Thousands protest on Egypt’s streets during ‘Day of Rage’

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Thousands of Muslim Brotherhood supporters have taken to the streets in Egypt in defiance of the military-imposed state of emergency.

The protesters poured out of the mosques after Friday prayers, responding to the group’s call for a “Day of Rage” following the deaths of 638 people on Wednesday.

Riot police backed by armoured vehicles, snipers and bulldozers smashed the two sit-ins in Cairo where ousted President Mohammed Morsi’s supporters had been camped out for six weeks to demand his reinstatement.

At least 60 people have died across Egypt yesterday as tens of thousands of Muslim Brotherhood supporters clashed with vigilante residents in the fiercest street battles to engulf Cairo since the country’s Arab Spring uprising.

At least eight police stations were attacked as well, officials said.

The Brotherhood-led marches in Cairo headed toward Ramses Square, near the country’s main train station.

Carrying pistols and assault rifles, residents battled with protesters taking part in what the Brotherhood called the “Day of Rage,” ignited by anger at security forces for clearing two sit-in demonstrations Wednesday in clashes that killed more than 600 people.

Officials say that more than 600 people have been killed and thousands were injured following the violent clashes.

Wednesday’s assault had triggered day-long running battles and deadly clashes between security forces and Morsi supporters elsewhere in Egypt, prompting the Interior Ministry to authorise the use of deadly force against anyone targeting police and state institutions.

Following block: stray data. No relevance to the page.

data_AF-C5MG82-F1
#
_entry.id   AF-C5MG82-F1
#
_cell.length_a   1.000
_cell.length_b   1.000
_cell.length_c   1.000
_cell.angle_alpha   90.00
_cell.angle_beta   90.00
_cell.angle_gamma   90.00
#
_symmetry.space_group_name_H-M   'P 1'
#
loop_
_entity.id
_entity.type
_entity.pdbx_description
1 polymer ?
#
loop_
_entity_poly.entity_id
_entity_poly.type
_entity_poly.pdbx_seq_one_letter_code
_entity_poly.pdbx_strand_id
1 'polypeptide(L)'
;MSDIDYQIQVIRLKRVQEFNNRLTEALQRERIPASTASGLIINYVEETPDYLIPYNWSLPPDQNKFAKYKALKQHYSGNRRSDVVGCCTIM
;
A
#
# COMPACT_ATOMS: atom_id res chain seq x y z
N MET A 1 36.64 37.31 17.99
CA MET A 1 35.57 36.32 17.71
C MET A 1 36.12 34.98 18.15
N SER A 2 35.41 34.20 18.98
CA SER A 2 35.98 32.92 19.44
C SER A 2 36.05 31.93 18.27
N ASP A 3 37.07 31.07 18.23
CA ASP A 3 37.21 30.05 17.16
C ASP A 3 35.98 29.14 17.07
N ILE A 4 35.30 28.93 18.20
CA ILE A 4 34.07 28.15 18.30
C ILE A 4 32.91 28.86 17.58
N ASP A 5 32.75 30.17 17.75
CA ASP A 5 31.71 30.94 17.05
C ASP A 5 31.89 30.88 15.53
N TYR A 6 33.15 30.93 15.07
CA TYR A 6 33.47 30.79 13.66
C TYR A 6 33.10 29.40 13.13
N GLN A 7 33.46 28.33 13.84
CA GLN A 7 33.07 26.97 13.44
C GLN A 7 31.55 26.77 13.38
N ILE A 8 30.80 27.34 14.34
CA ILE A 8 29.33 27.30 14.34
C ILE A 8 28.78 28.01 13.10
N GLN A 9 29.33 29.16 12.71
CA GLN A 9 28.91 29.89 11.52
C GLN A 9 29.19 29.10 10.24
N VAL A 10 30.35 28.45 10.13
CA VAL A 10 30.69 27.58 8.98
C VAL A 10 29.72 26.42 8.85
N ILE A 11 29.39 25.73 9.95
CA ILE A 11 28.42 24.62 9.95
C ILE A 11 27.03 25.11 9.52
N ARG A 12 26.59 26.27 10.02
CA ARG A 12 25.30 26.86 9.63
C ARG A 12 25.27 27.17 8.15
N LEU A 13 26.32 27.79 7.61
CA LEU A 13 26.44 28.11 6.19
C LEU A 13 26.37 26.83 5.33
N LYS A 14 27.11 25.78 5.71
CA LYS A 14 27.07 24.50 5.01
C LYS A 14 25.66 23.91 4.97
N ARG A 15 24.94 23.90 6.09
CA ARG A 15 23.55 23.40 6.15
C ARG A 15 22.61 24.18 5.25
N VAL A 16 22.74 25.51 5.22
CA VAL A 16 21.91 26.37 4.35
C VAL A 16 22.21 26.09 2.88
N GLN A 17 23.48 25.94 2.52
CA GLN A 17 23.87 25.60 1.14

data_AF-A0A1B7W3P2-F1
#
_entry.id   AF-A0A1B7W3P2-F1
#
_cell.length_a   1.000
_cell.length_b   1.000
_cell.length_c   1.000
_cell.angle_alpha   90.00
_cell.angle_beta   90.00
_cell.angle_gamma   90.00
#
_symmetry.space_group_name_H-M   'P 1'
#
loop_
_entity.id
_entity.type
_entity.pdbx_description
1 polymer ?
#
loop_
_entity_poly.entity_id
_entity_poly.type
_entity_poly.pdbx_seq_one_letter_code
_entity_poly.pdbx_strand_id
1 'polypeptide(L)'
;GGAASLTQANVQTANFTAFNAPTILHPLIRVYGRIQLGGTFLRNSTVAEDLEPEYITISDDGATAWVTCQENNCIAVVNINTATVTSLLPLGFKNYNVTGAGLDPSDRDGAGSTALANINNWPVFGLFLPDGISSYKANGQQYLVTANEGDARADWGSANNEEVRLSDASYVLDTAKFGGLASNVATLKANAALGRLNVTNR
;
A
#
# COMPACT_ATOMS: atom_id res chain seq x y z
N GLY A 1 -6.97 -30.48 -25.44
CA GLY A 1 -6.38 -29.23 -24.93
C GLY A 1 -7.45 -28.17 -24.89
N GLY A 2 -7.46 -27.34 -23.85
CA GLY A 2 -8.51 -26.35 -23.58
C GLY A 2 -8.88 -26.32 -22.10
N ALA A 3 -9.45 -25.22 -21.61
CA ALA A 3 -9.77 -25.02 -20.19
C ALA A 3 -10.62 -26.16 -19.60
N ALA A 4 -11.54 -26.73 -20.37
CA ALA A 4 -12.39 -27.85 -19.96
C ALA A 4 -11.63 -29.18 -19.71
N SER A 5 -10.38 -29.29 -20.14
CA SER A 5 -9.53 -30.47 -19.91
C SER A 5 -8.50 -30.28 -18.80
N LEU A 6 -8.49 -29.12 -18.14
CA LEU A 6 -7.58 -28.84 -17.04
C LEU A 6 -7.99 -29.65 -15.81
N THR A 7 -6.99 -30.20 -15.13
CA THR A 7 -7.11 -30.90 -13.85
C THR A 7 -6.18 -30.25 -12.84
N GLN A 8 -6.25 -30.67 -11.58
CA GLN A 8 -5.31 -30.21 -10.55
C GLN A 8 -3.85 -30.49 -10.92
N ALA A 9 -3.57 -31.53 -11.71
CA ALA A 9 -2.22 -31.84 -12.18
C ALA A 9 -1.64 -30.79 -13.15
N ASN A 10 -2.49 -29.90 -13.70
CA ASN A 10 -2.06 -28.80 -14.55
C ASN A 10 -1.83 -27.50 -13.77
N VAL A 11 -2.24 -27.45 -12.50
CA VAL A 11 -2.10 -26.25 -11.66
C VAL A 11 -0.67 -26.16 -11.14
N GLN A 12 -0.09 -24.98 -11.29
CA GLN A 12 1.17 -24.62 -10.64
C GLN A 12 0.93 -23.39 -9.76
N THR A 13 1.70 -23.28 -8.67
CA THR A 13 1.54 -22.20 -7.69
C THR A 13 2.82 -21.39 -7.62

British Prime Minister David Cameron and French president Francois Hollande are calling for an emergency meeting of European Union foreign ministers to discuss the deepening crisis in Egypt.

In a telephone call, the two leaders said the EU needed to consider steps it could take to persuade both sides to end the violence.

“They agreed that the EU should be clear and united in its message: the violence must end immediately and there needs to be a political dialogue, involving all sides, that leads to genuine democracy,” a Downing Street spokesman said.

The Prime Minister and president said they wanted a meeting of EU foreign ministers to be called for next week.

“They should consider what measures the EU can take to make clear that the violence and repression is unacceptable and to best encourage leaders from all sides to re-engage in dialogue and to chart a peaceful way forward for their country,” the spokesman said.

The Brotherhood’s political wing, the Freedom and Justice Party, said the group is not backing down and “will continue to mobilise people to take to the streets without resorting to violence and without vandalism.”

A statement from the group added: “The struggle to overthrow this illegitimate regime is an obligation, an Islamic, national, moral, and human obligation which we will not steer away from until justice and freedom prevail, and until repression is conquered.”

The revolutionary and liberal groups that helped topple Mr Morsi have largely stayed away from rallying.

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